Enjoyed a quiet summer, relaxing in sunshine, and switched off to the world around you? Now worried you might have missed some key Brexit developments? Don't worry, here are the key things you need to know.

Over the summer, the Government released a series of policy position papers. These papers are intended to answer critics, who've complained that Theresa May and David Davis haven’t been transparent enough with their goals for the negotiation.

The papers were dismissed by Barnier's team as vague, and not to be taken seriously. What is clear is that they are about the UK Government setting out its stall, describing its ambitions and taking an opening position. They do not amount to a blueprint for the negotiations — but they, and the EU's response to them, highlight the scale of the negotiating challenge. The fourth round of negotiations begins this month. This is the penultimate chance to finalise the divorce agreement, before the EU27 meet at the EU Summits in November. It's hoped that the Summits will give the EU27 an opportunity to opine on whether "sufficient progress" has been made on the divorce deal, allowing the negotiators to turn their attention to defining the new UK/EU relationship. It will be a key moment to assess the progress of the deals being reached. Away from the negotiations, the Government's European Union (Withdrawal) Bill (aka the formerly Great Repeal Bill), is heading to parliament for its second reading amid considerable constitutional criticism and politicial manoeuvring. The Bill is crucial to the delivery of Brexit and will define how much of the legal content will be scrutinised and imposed.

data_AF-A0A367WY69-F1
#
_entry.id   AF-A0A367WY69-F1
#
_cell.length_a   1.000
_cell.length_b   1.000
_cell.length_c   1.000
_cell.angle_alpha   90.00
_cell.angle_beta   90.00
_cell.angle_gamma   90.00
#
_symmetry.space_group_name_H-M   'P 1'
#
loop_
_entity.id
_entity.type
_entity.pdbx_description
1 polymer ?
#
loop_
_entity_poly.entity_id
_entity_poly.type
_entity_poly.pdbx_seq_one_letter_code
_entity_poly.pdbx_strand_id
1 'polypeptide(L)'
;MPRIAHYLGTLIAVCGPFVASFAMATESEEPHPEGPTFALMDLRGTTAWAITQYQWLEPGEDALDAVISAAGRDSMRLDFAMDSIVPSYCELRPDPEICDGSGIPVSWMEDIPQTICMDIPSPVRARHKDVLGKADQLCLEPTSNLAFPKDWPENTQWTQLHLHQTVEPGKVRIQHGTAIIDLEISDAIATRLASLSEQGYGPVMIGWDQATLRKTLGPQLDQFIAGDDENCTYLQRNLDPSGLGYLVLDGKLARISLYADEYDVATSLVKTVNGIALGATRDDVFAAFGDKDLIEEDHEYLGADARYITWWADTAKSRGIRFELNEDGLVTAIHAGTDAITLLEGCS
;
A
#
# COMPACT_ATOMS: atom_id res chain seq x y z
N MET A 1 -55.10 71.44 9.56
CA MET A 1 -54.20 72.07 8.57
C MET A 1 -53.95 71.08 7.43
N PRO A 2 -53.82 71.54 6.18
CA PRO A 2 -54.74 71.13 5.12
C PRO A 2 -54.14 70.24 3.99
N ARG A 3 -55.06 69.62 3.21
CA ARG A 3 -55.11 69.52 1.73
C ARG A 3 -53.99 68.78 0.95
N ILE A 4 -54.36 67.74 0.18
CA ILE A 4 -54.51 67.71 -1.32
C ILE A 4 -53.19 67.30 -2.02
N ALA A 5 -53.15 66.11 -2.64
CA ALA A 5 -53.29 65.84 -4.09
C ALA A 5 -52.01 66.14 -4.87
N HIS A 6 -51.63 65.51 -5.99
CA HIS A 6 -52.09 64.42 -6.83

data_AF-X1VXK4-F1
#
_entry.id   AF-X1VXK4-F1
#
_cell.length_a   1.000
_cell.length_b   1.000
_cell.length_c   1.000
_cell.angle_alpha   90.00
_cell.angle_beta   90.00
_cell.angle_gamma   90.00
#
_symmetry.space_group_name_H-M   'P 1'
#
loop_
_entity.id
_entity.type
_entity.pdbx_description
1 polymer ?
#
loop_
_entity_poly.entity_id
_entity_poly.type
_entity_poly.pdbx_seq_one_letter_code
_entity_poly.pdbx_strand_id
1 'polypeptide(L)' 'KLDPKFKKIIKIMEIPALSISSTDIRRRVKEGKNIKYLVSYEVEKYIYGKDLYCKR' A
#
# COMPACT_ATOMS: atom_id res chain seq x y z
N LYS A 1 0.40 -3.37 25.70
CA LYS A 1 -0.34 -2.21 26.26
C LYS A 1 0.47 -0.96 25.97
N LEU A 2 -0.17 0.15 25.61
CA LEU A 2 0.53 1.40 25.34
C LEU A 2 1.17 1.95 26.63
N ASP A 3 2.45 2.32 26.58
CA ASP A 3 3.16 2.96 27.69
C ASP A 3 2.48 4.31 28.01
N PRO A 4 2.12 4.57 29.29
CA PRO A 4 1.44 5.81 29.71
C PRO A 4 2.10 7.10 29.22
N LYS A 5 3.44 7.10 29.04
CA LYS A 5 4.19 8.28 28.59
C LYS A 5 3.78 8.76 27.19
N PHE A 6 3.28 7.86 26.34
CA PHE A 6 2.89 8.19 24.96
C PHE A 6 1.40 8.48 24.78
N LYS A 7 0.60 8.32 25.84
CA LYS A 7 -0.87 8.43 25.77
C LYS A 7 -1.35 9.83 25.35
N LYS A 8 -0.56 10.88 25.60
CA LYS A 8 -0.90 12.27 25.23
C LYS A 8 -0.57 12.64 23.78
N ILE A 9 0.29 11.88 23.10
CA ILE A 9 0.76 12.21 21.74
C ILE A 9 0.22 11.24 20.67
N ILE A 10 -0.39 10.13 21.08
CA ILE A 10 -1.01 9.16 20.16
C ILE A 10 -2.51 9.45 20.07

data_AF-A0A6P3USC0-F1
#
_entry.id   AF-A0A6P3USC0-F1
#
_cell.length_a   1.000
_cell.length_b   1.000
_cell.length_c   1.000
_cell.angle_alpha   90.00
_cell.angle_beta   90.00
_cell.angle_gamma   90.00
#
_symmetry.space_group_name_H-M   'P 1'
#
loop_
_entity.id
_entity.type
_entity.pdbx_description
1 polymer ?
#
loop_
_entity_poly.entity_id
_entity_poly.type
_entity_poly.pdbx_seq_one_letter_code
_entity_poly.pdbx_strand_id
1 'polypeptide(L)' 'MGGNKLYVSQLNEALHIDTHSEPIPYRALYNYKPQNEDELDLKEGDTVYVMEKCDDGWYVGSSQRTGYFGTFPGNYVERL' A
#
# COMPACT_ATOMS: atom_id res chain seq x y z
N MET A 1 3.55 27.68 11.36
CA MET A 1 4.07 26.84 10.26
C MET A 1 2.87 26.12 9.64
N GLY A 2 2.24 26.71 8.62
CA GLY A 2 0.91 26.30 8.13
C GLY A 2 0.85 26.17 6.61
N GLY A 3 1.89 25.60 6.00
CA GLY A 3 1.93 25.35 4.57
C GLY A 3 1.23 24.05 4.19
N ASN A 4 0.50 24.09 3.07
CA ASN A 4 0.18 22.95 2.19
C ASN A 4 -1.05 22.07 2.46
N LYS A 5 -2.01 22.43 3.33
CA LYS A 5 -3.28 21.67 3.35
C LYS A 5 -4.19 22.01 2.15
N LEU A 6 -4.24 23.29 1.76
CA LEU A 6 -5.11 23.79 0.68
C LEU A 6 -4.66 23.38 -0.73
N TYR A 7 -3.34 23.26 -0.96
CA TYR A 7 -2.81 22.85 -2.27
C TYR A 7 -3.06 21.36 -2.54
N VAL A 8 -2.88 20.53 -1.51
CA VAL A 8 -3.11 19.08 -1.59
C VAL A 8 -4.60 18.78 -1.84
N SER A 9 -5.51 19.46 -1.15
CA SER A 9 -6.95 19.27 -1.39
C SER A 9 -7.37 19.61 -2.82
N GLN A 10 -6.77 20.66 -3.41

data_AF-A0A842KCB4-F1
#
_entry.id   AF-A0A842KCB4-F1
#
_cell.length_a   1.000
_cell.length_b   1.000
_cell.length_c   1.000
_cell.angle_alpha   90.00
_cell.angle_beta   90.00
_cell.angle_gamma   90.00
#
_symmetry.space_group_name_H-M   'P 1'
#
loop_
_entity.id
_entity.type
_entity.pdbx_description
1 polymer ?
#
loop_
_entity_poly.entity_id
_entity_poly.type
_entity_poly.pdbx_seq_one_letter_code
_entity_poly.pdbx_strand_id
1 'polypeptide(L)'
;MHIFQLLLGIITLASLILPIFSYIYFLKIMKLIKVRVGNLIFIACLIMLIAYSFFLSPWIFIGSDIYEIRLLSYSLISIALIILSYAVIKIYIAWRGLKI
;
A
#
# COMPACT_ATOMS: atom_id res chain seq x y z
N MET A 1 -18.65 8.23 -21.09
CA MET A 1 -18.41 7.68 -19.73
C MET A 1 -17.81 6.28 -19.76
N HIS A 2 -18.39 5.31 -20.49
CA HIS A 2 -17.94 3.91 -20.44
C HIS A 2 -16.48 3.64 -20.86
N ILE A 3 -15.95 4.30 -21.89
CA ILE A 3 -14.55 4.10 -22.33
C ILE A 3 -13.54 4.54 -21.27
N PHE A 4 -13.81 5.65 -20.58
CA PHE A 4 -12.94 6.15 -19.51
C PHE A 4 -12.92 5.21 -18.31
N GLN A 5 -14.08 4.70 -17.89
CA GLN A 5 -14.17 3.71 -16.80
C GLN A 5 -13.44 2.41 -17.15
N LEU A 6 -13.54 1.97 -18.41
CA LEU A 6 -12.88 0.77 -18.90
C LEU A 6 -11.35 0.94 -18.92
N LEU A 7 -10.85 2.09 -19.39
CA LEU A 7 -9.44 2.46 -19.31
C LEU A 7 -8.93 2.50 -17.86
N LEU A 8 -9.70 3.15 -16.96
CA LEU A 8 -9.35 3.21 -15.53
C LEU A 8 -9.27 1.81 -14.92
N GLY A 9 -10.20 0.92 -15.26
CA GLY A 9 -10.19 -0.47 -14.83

It will define businesses' relationship with the laws and regulations that govern them post-Brexit and how those are made. It's crucial that businesses follow this process to understand how their legal and regulatory environment will change. Find out how it will affect you here.

In the face of a legislative task of unprecedented scale and speed, forced and unforced errors are inevitable, and businesses will have to monitor changes closely and be ready to engage and, where necessary, challenge.

So, not a whole lot has changed over the summer. Uncertainty abounds. The demand for clarity becomes more urgent by the day. In the face of that uncertainty, it is important that you focus on your priorities and plan for the different scenarios that may emerge.